The relationship between chronic kidney disease (CKD), diabetes, and heart disease is one example of the ways our organs are connected.

The body uses a hormone called insulin to get blood sugar into the body’s cells to be used as energy. If someone has diabetes, their pancreas either doesn’t make enough insulin or can’t use the insulin it makes as well as it should.

If someone has CKD, their kidneys are not able to filter out toxins and waste from their blood as well as they should.

Heart disease refers to several types of heart conditions. The most common condition, coronary artery disease, leads to changes in blood flow to the heart, which can cause a heart attack.

Make the Connection

So how are these three conditions connected? Risk factors for each condition are similar and include high blood sugar, high blood pressure, family history, obesity, unhealthy diet, and physical inactivity.

High blood sugar can slowly damage the kidneys, and, over time, they can stop filtering blood as well as they should, leading to CKD. Approximately 1 in 3 adults with diabetes has CKD.

When the kidneys don’t work well, more stress is put on the heart. When someone has CKD, their heart needs to pump harder to get blood to the kidneys. This can lead to heart disease, the leading cause of death in the United States. Change in blood pressure is also a CKD complication that can lead to heart disease.

Luckily, preventing or managing one condition can help you prevent and manage the others and lower the risk for more complications.

Preview: Tufts Health & Nutrition, November 2022

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Inside the Tufts Health & Nutrition Letter – November 2022:

  • Give Thanks for Good Health
  • Newsbites: Vitamin D; red meat and CVD risk; psyllium and constipation
  • Grain Products: Don’t be Fooled by Healthy-Sounding Labels!
  • Special Report: Top 3 Reasons to Avoid “Top Foods” Lists
  • Diet and Hemorrhoids
  • Featured Recipe: Fresh Cranberry Orange Relish
  • Ask Tufts Experts: Processed foods; calcium intake

Review: Abbott’s Discrete New Glucose Monitor

Abbott Laboratories newest continuous glucose monitor is now available at participating retail pharmacies and through durable medical equipment suppliers. The Freestyle Libre 3 was approved by the FDA in June and is a step up from previous Abbott systems.

Abbott Laboratories and Dexcom are the leaders in the CGM market, which hit $5.1 billion in revenue in 2021 and is expected to reach $13.2 billion by 2028, according to Vantage Market Research. Abbott’s CGM systems, called FreeStyle Libre, generated $3.7 billion in revenue last year, with 4 million users globally.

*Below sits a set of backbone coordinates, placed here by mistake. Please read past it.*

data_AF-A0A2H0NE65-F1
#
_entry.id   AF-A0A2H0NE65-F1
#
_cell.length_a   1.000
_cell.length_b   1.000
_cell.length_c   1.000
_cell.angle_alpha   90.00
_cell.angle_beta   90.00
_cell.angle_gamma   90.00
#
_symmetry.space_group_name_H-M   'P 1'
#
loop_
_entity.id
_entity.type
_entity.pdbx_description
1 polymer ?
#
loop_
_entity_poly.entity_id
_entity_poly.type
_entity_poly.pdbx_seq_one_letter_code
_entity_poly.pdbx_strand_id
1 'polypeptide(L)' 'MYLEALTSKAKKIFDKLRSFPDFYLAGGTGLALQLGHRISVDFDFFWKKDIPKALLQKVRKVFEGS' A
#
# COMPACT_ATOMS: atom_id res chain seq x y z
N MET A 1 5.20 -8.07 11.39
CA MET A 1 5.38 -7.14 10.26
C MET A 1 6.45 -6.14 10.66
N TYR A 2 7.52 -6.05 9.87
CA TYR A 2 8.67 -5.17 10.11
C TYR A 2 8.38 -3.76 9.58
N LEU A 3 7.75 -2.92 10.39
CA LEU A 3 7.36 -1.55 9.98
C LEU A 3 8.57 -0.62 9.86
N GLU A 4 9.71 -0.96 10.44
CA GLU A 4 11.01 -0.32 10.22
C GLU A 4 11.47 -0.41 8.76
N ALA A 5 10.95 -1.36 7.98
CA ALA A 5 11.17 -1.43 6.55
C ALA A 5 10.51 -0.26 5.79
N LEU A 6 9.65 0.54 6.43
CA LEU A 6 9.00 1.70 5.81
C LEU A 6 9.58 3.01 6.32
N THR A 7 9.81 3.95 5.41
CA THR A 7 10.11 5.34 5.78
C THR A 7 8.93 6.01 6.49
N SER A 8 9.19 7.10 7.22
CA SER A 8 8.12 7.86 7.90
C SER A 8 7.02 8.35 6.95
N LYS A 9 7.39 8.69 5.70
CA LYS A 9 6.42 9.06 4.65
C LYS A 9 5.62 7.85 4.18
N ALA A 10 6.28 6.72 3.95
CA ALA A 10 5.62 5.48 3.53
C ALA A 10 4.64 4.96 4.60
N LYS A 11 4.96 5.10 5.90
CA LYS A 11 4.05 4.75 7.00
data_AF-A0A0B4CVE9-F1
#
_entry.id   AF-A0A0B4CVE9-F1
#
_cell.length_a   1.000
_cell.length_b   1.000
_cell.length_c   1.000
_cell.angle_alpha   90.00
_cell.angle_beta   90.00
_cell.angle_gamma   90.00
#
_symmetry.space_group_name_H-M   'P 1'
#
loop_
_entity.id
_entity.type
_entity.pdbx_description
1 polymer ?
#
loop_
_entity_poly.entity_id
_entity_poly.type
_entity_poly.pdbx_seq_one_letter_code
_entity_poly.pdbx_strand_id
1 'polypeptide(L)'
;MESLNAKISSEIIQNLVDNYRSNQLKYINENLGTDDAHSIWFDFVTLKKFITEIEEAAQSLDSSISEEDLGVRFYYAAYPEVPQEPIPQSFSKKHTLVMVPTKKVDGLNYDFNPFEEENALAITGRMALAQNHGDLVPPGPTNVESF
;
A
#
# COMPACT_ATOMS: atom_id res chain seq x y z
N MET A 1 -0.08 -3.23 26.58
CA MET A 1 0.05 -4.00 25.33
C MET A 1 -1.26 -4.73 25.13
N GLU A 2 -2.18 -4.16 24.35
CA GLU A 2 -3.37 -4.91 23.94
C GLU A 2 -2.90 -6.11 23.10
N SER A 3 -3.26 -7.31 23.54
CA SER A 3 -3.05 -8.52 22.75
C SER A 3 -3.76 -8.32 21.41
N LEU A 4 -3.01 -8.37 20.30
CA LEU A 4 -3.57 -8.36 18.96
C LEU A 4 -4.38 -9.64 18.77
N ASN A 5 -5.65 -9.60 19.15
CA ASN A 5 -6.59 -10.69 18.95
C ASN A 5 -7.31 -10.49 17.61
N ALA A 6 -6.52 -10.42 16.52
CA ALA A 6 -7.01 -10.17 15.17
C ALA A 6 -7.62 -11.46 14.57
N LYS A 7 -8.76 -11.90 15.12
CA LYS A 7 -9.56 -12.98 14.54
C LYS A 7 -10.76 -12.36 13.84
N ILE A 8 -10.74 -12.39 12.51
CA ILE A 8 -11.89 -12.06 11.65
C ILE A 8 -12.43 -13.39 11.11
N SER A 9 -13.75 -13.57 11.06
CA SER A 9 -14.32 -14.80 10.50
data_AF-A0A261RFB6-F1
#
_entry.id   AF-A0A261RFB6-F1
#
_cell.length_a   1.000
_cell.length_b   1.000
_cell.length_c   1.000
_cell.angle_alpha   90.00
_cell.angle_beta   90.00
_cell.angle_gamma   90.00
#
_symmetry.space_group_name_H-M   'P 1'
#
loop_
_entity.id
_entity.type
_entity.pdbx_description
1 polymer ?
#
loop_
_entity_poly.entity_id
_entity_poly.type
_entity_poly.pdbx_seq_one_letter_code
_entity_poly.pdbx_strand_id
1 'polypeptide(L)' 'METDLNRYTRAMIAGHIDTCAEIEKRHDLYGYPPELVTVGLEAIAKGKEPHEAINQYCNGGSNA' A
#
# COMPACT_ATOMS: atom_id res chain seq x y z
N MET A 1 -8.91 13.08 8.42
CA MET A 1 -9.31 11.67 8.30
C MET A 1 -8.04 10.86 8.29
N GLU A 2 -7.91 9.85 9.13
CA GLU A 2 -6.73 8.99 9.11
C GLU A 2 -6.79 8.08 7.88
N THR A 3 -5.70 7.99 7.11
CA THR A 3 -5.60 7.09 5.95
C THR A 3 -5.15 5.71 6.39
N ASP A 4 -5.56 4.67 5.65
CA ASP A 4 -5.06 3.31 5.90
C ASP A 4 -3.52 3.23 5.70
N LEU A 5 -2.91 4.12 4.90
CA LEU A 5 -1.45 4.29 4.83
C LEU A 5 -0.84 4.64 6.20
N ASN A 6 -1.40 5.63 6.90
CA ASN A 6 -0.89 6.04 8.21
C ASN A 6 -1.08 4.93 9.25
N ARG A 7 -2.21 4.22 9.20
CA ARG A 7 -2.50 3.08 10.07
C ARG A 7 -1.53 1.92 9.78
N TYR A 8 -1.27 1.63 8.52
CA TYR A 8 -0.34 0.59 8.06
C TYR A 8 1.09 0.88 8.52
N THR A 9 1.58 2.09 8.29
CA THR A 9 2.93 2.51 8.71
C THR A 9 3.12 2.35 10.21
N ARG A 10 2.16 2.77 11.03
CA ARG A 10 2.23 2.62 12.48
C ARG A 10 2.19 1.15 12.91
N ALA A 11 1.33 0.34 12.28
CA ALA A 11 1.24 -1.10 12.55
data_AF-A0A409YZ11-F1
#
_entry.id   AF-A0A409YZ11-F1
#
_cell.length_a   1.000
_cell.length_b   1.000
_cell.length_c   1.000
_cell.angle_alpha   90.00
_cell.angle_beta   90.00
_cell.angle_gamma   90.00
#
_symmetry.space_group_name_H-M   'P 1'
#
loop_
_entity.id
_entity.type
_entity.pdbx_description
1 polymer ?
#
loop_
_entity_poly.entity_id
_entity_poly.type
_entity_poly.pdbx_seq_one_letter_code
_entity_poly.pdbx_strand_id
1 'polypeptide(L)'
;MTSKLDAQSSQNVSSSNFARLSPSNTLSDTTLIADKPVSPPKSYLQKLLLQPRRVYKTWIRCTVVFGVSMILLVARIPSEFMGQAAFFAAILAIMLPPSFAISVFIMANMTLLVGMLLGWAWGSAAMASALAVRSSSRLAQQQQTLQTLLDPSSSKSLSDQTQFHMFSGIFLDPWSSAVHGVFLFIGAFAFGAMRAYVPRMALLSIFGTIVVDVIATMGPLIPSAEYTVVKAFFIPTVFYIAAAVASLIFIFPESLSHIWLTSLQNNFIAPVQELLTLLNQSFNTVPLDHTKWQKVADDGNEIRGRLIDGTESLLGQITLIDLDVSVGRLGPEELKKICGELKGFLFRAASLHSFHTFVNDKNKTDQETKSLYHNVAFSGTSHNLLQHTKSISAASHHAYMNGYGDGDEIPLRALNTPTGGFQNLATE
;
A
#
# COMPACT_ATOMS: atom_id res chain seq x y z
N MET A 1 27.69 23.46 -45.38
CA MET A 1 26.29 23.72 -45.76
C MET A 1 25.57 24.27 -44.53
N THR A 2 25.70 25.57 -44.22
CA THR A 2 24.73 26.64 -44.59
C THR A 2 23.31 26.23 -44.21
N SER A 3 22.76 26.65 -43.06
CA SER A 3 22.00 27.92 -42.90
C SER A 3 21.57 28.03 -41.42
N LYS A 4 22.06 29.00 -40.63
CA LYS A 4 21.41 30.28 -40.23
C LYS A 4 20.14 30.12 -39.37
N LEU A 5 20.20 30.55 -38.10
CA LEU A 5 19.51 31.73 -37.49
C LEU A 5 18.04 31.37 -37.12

CNBC’s Erin Black, a type 1 diabetic, tested out the Libre 3 for over a month. Here is her review.

EYE HEALTH: THE SIGNS AND DIAGNOSIS OF CATARACTS

Cleveland Clinic – Cataracts in the eye lens are a later-in-life reality that leads to vision problems for many people. This video shares describes what cataracts are, how they form, and warning signs to help you detect them early.

Chapters: 0:00 Intro 0:10 What are cataracts? 0:43 What are the warning signs of cataracts? 2:44 How are cataracts diagnosed? 3:04 Talk to your eye doctor

Previews: The Guardian Weekly – October 21, 2022

Guardian Weekly cover 21 October 2022

Living with long Covid. Plus Xi Jinping’s historic party congress

The October 21, 2022 cover story this week steps back from the news agenda to explore the impact of living with long Covid. For millions of people worldwide who have survived initial infection with the virus, recovery is slow. Symptoms such as breathlessness, fatigue and loss of smell or taste persist for months and, as our science editor Ian Sample explains, treatments that work for some may not be successful for others.

This week delegates to the Chinese Communist party’s 20th congress are in Beijing where they are expected to rubber stamp Xi Jinping’s historic third term as leader. Our big story looks at what the president’s supremacy means for the country and its closest neighbour – Taiwan – which lives in the shadow of Xi’s avowed intention to bring the island back under China’s tutelage. 

Aging: How Regenerative Medicine Slows The Clock

“Diverse aging populations, vulnerable to chronic disease, are at the cusp of a promising future. Indeed, growing regenerative options offer opportunities to boost innate healing, and address aging-associated decline. The outlook for an extended well-being strives to achieve health for all,”

Andre Terzic, M.D., Ph.D., a Mayo Clinic cardiologist

Regenerative medicine could slow the clock on degenerative diseases that often ravage the golden years, a Mayo Clinic study finds. Life span has nearly doubled since the 1950s, but health span — the number of disease-free years — has not kept pace. According to a paper published in NPJ Regenerative Medicine., people are generally living longer, but the last decade of life is often racked with chronic, age-related diseases that diminish quality of life. These final years come with a great cost burden to society.

Researchers contend that new solutions for increasing health span lie at the intersection of regenerative medicine research, anti-senescent investigation, clinical care and societal supports. A regenerative approach offers hope of extending the longevity of good health, so a person’s final years can be lived to the fullest.